Just as Romeo and Juliet follows the stories of Romeo and Juliet, Shakespeare in Love also has two plots for its two leads: William and Viola. No confusing flashbacks here. The film is chronological and easy to follow as it flip-flops between both protagonists. Most of the time they're onscreen together anyway. Unlike a Shakespeare play, this one needs no narrator to tell us what's going on. It has plenty of montages to do that for us.
Montages: The Capulets vs. the Montages
Maybe screenwriters Tom Stoppard and Marc Norman made a typo in the script, and instead of writing "Montagues" they wrote "Montages" … and the director took it literally.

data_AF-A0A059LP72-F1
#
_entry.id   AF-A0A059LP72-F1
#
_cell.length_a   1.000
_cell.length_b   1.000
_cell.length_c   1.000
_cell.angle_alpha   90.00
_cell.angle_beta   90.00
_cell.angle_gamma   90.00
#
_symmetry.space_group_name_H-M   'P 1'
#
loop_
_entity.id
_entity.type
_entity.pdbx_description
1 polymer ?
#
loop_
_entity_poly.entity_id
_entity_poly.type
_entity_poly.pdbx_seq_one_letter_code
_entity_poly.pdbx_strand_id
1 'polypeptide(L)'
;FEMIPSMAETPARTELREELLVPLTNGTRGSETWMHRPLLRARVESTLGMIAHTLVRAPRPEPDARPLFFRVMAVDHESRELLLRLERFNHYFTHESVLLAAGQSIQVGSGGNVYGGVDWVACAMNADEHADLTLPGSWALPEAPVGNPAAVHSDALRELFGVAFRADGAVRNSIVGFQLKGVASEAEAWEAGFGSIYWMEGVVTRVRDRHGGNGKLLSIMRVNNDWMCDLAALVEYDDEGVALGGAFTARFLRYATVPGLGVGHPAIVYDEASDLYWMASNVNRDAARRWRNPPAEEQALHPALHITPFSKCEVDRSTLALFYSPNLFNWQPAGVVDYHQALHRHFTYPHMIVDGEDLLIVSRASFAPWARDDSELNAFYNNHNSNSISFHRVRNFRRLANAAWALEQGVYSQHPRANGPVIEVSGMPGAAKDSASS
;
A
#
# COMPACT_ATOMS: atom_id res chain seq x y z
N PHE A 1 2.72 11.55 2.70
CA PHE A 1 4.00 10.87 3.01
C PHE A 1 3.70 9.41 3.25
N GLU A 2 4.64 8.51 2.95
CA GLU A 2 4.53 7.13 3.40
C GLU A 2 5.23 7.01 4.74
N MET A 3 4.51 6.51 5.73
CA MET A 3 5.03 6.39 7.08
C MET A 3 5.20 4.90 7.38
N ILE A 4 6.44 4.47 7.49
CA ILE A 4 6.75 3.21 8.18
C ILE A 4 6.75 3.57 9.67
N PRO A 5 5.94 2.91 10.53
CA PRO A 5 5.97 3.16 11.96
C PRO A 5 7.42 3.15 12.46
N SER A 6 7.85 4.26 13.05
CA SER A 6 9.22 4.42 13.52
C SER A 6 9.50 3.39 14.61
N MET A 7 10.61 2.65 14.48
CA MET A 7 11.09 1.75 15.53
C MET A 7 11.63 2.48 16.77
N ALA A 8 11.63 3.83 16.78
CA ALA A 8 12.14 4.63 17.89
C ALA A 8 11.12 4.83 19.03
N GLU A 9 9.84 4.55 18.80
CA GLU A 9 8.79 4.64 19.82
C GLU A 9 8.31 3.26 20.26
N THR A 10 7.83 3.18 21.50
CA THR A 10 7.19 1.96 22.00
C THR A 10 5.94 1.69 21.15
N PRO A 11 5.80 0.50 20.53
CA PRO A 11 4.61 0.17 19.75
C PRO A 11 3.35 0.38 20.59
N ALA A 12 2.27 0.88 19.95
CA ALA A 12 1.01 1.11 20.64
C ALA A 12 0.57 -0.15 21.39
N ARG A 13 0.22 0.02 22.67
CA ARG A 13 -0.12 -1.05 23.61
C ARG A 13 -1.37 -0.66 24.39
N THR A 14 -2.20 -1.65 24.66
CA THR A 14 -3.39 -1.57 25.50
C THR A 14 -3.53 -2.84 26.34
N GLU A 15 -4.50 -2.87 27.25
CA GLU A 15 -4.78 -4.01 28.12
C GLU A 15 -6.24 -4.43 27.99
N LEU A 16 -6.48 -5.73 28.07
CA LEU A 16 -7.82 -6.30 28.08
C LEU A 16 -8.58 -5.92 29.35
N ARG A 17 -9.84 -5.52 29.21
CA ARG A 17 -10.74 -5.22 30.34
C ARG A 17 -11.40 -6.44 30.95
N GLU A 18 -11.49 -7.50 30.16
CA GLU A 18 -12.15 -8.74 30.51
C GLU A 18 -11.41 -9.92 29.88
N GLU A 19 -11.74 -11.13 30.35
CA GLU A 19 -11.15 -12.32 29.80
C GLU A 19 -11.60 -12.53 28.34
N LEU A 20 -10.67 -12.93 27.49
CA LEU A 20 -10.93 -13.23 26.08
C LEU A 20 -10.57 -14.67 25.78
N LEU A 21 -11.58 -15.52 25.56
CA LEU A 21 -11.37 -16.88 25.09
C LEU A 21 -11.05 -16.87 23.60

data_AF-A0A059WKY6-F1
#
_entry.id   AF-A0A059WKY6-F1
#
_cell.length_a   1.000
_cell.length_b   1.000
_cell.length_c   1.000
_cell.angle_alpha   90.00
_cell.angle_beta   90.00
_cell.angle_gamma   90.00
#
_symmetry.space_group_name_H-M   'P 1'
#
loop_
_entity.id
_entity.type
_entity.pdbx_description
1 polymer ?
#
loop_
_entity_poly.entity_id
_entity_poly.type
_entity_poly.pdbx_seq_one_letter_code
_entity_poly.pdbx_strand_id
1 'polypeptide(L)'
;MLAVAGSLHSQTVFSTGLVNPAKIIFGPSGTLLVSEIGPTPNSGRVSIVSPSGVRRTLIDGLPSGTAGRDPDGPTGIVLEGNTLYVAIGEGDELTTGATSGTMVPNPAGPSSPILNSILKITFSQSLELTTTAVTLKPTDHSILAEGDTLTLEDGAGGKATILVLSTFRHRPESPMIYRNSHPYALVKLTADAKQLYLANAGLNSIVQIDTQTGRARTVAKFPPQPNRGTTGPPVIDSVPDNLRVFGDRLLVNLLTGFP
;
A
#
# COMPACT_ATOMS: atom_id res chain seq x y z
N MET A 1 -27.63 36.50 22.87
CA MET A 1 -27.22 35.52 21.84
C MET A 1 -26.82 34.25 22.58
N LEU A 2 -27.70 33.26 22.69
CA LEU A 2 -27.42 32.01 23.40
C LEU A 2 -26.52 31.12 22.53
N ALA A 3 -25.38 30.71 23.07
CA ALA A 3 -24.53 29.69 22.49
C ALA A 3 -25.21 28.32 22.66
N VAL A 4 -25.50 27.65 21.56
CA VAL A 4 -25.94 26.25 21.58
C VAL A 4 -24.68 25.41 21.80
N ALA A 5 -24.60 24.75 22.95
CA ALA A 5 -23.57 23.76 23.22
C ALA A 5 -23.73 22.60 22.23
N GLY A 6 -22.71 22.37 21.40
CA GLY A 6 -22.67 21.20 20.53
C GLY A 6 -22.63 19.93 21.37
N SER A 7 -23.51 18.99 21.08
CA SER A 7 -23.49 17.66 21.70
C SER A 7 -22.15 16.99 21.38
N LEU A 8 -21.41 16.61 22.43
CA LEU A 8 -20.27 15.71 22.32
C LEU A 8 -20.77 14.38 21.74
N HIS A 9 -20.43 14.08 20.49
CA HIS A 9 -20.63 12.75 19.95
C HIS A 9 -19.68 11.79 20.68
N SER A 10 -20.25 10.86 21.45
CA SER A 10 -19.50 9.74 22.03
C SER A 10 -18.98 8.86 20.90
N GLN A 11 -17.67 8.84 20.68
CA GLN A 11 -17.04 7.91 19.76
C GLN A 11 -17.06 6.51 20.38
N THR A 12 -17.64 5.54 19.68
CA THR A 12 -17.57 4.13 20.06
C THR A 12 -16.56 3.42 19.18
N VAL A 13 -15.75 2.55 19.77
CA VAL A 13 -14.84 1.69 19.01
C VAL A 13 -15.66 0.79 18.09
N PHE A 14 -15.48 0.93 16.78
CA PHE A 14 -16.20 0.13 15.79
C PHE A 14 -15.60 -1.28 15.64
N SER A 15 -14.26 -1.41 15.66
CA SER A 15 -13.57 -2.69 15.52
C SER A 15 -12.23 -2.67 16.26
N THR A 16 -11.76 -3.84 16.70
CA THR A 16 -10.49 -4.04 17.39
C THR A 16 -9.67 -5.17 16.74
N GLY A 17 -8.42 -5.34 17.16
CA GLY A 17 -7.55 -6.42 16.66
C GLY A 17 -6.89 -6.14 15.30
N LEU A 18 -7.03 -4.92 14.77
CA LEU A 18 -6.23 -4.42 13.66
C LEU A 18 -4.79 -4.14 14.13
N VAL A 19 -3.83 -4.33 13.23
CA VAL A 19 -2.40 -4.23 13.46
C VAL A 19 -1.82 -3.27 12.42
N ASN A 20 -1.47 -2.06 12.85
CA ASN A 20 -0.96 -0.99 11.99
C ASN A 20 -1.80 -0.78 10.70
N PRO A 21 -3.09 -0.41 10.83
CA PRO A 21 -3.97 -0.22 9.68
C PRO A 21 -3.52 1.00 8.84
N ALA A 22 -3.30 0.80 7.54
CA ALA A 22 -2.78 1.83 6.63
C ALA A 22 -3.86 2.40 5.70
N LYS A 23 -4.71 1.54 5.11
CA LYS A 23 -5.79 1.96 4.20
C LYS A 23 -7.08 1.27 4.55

This movie often uses the montage for a variety of purposes—to show the passage of time (most of the movie takes place over about two weeks), to show hot hot lovemaking, or to show actors rehearsing for a play. There's nothing more boring than watching people say the same lines over and over again, so we're glad those montages speed things up a bit.
And who could forget the prayer montage, as Will prays and almost flagellates himself feeling guilty over the death of Marlowe. Because this is a romantic comedy, and not a tragedy like the play within the film, the filmmakers use montages to speed up anything unsettling or traumatic. It keeps the mood of the film light… but it also makes Will look disingenuous.